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I Capture the Castle

Based on Dodie Smith's popular 1948 novel, I Capture the Castle (2003) is a charming, offbeat, romantic fairy tale with surprising depth. In 1930's England, a depressed and seriously blocked writer named Mortmain (Bill Nighy) lives in a crumbling castle with his daughters Cassandra (Romola Garai) and Rose (Rose Byrne). Isolated and struggling for money, the sisters and their artistically minded, proto-pagan stepmother Topaz (Tara Fitzgerald) grumble about Dad's inability to feed the family while Rose plots a way out. "I'd marry a chimpanzee if he had money," she announces — and she means it, too. So when two rich American brothers — heirs to a neighboring estate — show up, Rose sets her cap for the older brother (Henry Thomas, or Elliot from E.T.) while irritating the living hell out of the younger (Marc Blucas, best known as Riley the Load from TV's Buffy the Vampire Slayer). But the course of true love (or gold-digging, for that matter) never did run smooth, and the younger Cassandra chronicles the events that play out in her journal while struggling through her own confused, newborn feelings of lust and love. Unlike the slam-bang, action-wracked movies that audiences have grown accustomed to, I Capture the Castle is a sweet, quiet film that makes its own pace, urging the viewer along with complex, eccentric characters and gentle surprises that avoid cliché. There's also breathtaking views of the English countryside and some dandy acting. All in all, it's a deeply romantic film that avoids stereotype or preciousness, something that's become all too rare. Columbia TriStar's DVD offers an exceptionally beautiful transfer of this gorgeous film, with richly saturated colors and amazing contrast. The disc presents the film in either anamorphic widescreen (2.35:1) or pan-and-scan (1.33:1). The Dolby Digital 5.1 audio (English with optional English subtitles) is good, but the admittedly lovely score sometimes obscures quieter bits of dialogue. This is only an occasional problem, but the music tracks do seem to be a tad overloud throughout. There's a commentary track featuring director Tim Fywell, writer Heidi Thomas, and producer David Parfitt, in which they discuss various aspects of the production from adapting the novel to shooting around the fickle English weather, a short interview segment with actress Garai, four deleted scenes and an alternate ending, the theatrical trailer and previews for other Columbia releases. Keep-case.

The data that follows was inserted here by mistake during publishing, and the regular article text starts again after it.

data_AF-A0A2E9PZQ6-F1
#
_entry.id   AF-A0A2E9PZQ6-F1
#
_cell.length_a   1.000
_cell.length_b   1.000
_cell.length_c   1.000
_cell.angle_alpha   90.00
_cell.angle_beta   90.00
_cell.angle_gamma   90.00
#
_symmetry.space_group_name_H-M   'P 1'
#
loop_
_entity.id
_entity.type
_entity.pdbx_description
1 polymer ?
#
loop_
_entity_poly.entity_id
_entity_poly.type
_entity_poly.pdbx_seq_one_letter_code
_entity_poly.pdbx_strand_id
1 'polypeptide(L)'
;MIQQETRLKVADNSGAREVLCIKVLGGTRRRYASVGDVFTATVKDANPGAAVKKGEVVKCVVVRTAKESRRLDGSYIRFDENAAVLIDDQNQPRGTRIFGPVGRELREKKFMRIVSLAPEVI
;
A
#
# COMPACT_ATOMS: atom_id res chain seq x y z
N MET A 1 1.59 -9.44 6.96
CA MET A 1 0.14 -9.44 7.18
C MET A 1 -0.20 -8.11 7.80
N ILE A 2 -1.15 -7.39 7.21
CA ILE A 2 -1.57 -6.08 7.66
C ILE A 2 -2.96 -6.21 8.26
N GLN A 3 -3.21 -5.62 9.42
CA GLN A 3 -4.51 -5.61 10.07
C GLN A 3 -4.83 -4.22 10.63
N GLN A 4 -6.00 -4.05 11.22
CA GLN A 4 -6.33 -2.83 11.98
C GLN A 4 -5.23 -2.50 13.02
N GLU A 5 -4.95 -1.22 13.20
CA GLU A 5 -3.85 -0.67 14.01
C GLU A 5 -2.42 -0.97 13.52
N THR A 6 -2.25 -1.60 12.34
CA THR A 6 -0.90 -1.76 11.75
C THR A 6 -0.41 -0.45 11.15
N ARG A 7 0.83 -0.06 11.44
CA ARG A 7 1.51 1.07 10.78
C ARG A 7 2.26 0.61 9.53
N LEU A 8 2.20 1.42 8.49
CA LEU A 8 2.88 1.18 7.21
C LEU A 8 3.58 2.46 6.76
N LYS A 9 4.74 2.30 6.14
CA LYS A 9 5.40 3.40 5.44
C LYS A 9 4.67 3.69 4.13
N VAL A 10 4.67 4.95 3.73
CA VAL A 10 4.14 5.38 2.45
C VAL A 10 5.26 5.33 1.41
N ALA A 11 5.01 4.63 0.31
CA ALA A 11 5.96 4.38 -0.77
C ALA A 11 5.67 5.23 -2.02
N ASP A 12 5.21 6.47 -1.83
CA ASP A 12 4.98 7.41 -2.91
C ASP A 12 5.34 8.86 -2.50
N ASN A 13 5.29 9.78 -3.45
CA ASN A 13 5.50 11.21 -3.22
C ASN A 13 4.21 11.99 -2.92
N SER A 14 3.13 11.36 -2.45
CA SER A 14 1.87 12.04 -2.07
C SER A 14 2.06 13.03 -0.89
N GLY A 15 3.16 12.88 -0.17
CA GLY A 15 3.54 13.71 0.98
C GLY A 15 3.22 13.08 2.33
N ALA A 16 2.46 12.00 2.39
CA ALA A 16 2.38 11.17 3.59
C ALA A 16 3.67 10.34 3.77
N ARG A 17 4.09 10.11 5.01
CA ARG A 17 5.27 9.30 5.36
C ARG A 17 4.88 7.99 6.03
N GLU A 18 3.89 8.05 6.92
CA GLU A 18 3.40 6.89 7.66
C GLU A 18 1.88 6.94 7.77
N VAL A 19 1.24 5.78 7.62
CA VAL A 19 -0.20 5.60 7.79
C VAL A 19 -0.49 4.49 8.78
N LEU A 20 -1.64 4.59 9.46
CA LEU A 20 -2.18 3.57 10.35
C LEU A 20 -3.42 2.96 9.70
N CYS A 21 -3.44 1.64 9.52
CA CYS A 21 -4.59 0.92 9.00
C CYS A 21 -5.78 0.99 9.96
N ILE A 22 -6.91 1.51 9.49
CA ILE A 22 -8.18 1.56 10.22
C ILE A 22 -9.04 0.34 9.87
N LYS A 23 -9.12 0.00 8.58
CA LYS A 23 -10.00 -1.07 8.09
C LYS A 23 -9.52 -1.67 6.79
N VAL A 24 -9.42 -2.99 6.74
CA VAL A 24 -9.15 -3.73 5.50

—Dawn Taylor

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